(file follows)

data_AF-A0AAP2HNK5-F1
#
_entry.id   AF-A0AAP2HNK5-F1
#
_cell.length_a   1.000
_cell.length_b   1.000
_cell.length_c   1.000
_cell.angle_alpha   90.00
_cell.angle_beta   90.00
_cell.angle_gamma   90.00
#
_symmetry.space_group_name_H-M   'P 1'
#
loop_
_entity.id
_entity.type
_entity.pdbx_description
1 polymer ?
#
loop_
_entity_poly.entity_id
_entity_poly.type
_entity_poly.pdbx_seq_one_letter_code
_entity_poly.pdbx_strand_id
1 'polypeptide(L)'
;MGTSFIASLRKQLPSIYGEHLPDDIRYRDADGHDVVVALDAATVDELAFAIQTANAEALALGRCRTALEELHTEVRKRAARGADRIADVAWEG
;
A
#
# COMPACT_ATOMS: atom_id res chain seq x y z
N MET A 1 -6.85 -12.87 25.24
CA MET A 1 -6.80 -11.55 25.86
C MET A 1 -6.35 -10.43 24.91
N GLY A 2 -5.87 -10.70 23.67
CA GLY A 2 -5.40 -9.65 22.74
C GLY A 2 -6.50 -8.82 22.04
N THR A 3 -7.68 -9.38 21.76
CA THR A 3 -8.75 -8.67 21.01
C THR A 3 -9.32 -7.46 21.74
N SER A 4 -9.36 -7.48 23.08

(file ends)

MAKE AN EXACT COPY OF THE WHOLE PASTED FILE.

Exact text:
data_AF-A0AAP2HNK5-F1
#
_entry.id   AF-A0AAP2HNK5-F1
#
_cell.length_a   1.000
_cell.length_b   1.000
_cell.length_c   1.000
_cell.angle_alpha   90.00
_cell.angle_beta   90.00
_cell.angle_gamma   90.00
#
_symmetry.space_group_name_H-M   'P 1'
#
loop_
_entity.id
_entity.type
_entity.pdbx_description
1 polymer ?
#
loop_
_entity_poly.entity_id
_entity_poly.type
_entity_poly.pdbx_seq_one_letter_code
_entity_poly.pdbx_strand_id
1 'polypeptide(L)'
;MGTSFIASLRKQLPSIYGEHLPDDIRYRDADGHDVVVALDAATVDELAFAIQTANAEALALGRCRTALEELHTEVRKRAARGADRIADVAWEG
;
A
#
# COMPACT_ATOMS: atom_id res chain seq x y z
N MET A 1 -6.85 -12.87 25.24
CA MET A 1 -6.80 -11.55 25.86
C MET A 1 -6.35 -10.43 24.91
N GLY A 2 -5.87 -10.70 23.67
CA GLY A 2 -5.40 -9.65 22.74
C GLY A 2 -6.50 -8.82 22.04
N THR A 3 -7.68 -9.38 21.76
CA THR A 3 -8.75 -8.67 21.01
C THR A 3 -9.32 -7.46 21.74
N SER A 4 -9.36 -7.48 23.08